Cerebral World

The heroin addict is a paradoxical thing; from the outside, she is an inert, comatose lump of flesh but from the inside, she is in heaven. What’s going on? Can the brain somehow overcome accepted reality and replace it with a different version? Is the imagination that powerful?

Take another example, one I can personally attest to. I was having serious relationship problems with a girlfriend one time; I was in love with someone I didn’t like (yes, it can happen). I was at home in a distressed state, feverish from the conflicting emotions boiling inside of me. Suddenly, I had a flash of inspiration. I decided to leave her.

The decision prompted a mood swing of scandalous proportions. From an anxious, depressive, quivering mass of jelly, I transformed into an ebullient, laughing, prancing, fist of humanity that wanted to play loud rock music.  The idea of leaving her solved all my problems. But here’s the thing. The situation regarding my girlfriend was exactly the same as before I had the idea. Nothing had really changed apart from my cerebral condition and yet the result of that simple idea was undeniable. It was as if I had taken a powerful drug that induced hysterical euphoria. Entering this Cerebral World produced real physiological effects of sheer pleasure. The only difference between myself at that point and a heroin addict was that I was animated.

This was an extreme case but more subtle examples of Cerebral World can be seen everywhere. Take, for example, a collector of birds’ eggs. Such a collector would risk life and liberty in acquiring a protected egg. In reality it is just another egg, like a hen’s egg, but the idea of it being rare motivates the collector. It is the idea of rarity that is pivotal.

As with rarity, exclusivity is part of the idea. It is no good being rich if you can’t differentiate yourself from the poor. The wealthy Elizabethans would apply lead arsenic to their faces to make themselves look white. This endangered their health but it also marked them out as being different to the poor who were sunburned from having to work outdoors in the fields. There is no rationality behind this behaviour. Powerful ideas do not seem to follow any higher logic. Cerebral World is a dangerous place.

Money is just an idea and it pivots on greed. But money is a function of status. Most positions of status in our society has financial wealth as a requirement or has it as a by product of that status. But status is still only an idea. It is the idea of status that people crave.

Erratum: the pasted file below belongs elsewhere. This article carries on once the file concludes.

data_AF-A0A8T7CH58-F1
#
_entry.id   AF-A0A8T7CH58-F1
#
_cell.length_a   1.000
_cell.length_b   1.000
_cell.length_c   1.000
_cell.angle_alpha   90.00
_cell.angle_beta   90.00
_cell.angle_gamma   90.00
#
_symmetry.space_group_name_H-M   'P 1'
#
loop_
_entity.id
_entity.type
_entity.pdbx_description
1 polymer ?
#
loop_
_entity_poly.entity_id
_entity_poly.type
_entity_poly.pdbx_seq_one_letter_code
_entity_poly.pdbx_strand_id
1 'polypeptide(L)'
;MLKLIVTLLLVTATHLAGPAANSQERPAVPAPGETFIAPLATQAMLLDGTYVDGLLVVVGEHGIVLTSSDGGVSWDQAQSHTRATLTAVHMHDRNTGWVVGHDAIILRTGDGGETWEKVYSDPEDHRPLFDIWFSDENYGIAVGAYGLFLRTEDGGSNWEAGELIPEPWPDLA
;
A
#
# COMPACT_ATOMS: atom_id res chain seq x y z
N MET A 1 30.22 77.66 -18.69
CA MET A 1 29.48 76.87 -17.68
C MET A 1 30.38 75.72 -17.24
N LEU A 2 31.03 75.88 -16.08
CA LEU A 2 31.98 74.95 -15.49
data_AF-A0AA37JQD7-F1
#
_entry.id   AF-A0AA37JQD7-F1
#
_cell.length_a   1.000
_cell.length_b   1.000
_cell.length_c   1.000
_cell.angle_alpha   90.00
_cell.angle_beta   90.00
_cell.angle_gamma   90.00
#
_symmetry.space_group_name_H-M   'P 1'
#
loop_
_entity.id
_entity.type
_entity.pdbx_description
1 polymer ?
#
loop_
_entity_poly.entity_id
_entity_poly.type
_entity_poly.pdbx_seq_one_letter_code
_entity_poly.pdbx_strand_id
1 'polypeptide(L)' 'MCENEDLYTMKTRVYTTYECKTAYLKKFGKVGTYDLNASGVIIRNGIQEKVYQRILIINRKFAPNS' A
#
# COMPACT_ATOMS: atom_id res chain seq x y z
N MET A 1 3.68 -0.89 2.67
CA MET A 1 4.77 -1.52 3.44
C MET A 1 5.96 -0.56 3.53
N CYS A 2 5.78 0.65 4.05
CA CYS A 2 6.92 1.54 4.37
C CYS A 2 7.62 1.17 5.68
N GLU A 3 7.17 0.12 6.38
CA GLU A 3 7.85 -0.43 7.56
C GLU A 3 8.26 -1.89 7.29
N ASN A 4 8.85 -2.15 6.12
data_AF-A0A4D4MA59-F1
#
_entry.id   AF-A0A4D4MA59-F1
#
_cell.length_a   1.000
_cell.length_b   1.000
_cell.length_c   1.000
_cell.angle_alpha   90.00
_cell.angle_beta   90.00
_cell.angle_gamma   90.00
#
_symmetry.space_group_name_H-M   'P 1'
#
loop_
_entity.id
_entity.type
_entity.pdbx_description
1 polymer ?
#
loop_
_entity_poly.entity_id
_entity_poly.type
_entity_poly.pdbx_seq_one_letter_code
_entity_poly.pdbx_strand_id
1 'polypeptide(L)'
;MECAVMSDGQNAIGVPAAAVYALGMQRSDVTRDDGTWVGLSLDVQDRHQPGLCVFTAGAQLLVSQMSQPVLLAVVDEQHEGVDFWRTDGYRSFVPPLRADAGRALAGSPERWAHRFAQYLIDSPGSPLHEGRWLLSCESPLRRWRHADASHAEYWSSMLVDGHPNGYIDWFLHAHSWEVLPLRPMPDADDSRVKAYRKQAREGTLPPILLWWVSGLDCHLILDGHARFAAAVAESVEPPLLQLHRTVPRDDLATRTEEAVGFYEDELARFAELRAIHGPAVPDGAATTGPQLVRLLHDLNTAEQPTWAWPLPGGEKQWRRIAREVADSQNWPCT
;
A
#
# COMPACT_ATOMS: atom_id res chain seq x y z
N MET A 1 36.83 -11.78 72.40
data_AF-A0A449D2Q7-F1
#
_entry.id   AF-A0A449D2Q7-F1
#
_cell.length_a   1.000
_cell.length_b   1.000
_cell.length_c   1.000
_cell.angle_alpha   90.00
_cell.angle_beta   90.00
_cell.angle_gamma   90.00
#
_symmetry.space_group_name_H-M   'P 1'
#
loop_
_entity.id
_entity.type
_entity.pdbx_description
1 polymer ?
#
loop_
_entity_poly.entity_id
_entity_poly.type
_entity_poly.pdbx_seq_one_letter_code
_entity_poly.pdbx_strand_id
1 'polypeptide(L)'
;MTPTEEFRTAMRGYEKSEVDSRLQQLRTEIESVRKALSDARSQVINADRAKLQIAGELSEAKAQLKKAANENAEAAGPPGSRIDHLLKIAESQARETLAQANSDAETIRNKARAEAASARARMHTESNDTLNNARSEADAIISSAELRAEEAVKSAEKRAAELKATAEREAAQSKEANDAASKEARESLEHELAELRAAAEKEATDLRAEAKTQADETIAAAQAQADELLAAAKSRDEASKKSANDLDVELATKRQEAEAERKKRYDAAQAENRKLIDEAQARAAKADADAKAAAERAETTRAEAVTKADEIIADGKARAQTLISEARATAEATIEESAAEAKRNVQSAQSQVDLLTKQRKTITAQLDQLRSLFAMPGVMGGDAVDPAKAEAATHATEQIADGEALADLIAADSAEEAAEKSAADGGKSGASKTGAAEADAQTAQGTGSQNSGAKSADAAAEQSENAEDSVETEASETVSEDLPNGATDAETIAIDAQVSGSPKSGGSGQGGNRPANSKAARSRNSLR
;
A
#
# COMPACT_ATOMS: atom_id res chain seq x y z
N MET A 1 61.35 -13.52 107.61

So, the idea of being rich would produce a pleasant sensation in my brain (leaving aside the cause for this). Being richer than most people in society would produce even more pleasure. Being the richest person in the world would, presumably, produce the greatest pleasure. But being rich in practical terms only increases your options and, as you can only do one thing at a time, past a certain point, being richer becomes meaningless. And yet people are still driven to greater irrationality by the idea.

Does this mean that we can enjoy a fulfilling existence purely on a cerebral plane? Is this where consciousness is heading? If there was a meditative practice that produced a constant state of bliss, would this be acceptable? Is it possible? What if the meditative practice produced the dark and the light – the lows that give meaning to the highs – so that the pleasure maintained its potency – would that be acceptable?

Now the tricky part. What if a brain technique was developed which had the property of enhancing any idea that the user had to a level which exceeded the reality of achieving that idea. Thus, a poor person could use the technique and achieve a level of smugness that no amount of real wealth could achieve. Imagine the effect on corruption.

What about a paedophile? Suppose the technique could simulate the pleasure that they experience when molesting and murdering a child so effectively that they no longer offend in real life. Is that acceptable, desirable, beneficial?

Imagine the suffering this would reduce and the pleasure it would promote. Could we still apply the concepts of good and evil to pleasures that were purely cerebral? Would that be progress? Would society tolerate the thought, or could cerebral manipulation make even the most revolutionary thought acceptable?

Ultimately, the heroin addict id doomed. The comatose form does not do well in evolutionary terms. Actual reproduction is required. Maybe Cerebral World is an evolutionary dead end too. Still, I enjoyed thinking about it.

Leave a Reply